Sams Teach Yourself Java 2 in 24 Hours, 3rd Edition

Sams Teach Yourself Java 2 in 24 Hours

By Rogers Cadenhead

The Conditional Operator

The most complicated conditional statement is one that you might not find reasons to use in your programs: the ternary operator. If you find it too confusing to implement in your own programs, take heart—you can use other conditionals to accomplish the same thing.

You can use the ternary operator when you want to assign a value or display a value based on a conditional test. For example, in a video game, you might need to set the numberOfEnemies variable based on whether the skillLevel variable is greater than 5. One way to do this is with an if-else statement:

if (skillLevel > 5) 
    numberOfEnemies = 10;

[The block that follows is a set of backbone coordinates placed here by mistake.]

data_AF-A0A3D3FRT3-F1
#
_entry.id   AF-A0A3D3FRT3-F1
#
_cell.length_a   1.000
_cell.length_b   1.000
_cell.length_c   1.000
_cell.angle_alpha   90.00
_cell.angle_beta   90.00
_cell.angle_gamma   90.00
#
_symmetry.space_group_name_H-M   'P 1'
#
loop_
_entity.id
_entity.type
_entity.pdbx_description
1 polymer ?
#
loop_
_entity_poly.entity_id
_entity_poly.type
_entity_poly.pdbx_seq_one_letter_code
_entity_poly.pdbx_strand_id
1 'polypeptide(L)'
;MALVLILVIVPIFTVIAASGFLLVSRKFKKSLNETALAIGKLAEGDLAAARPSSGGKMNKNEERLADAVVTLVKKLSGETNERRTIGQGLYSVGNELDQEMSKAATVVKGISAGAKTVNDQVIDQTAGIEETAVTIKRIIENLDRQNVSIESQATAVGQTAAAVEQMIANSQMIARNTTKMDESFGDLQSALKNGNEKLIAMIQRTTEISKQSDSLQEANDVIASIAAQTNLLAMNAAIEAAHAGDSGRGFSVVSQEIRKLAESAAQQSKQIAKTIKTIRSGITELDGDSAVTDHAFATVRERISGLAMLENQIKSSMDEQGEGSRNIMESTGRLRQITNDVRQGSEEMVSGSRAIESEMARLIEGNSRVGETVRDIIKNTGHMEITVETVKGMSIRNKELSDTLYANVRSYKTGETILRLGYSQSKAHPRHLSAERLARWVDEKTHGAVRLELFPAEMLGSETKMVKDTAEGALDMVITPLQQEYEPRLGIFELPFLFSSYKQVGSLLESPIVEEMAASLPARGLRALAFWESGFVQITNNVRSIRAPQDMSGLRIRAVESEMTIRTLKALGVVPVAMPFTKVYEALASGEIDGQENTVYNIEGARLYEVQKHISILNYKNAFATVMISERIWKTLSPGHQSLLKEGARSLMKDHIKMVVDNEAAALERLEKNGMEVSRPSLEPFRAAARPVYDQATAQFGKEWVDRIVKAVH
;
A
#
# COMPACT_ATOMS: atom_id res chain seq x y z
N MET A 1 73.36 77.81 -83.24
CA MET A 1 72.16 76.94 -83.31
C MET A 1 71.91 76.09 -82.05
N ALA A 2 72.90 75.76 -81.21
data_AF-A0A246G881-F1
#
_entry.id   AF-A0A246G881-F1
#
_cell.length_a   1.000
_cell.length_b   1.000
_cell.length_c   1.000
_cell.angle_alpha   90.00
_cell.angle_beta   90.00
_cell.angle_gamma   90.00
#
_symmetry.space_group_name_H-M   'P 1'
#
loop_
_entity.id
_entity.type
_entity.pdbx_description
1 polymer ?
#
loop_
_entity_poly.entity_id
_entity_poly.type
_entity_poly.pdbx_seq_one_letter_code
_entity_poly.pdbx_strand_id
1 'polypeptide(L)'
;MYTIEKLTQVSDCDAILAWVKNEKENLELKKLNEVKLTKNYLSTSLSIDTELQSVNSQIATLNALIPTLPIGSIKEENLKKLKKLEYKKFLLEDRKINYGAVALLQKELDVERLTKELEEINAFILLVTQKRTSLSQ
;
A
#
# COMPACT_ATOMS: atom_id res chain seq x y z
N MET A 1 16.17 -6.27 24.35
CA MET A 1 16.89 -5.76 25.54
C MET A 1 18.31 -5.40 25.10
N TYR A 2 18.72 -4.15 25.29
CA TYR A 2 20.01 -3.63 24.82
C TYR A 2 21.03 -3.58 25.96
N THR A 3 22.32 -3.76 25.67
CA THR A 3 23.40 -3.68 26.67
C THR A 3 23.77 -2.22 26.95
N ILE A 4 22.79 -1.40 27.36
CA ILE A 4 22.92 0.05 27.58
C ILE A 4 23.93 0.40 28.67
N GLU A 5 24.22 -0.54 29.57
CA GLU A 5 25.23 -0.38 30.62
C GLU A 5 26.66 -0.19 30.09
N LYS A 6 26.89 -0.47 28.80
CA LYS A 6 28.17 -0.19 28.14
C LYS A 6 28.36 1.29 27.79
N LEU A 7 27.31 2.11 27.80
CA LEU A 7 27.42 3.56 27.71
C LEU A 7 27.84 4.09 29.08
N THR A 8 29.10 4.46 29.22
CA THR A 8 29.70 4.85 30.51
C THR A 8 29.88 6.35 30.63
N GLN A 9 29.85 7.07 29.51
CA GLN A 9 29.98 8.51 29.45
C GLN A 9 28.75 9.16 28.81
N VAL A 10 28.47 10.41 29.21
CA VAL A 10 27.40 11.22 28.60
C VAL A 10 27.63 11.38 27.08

else 
    numberOfEnemies = 5; 

A shorter way to do this is to use the ternary operator, which is ?. A ternary operator has five parts:

  • The condition to test, surrounded by parentheses, as in (skillLevel > 5)
  • A question mark (?)
  • The value to use if the condition is true
  • A colon (:)
  • The value to use if the condition is false

To use the ternary operator to set the value of numberOfEnemies based on skillLevel, you could use the following statement:

numberOfEnemies = (skillLevel > 5) ? 10 : 5; 

You also can use the ternary operator to determine what information to display. Consider the example of a program that displays the text Mr. or Ms. depending on the value of the gender variable. You could do this action with another if-else statement:

if (gender.equals("male")) 
    System.out.print("Mr."); 
else 
    System.out.print("Ms."); 

A shorter method is to use the ternary operator to accomplish the same thing, as in the following:

System.out.print( (gender.equals("male")) ? "Mr." : "Ms." ); 

The ternary operator can be useful, but it's also the hardest conditional in Java to understand. As you learn Java, you won't encounter any situations where the ternary operator must be used instead of if and else statements.

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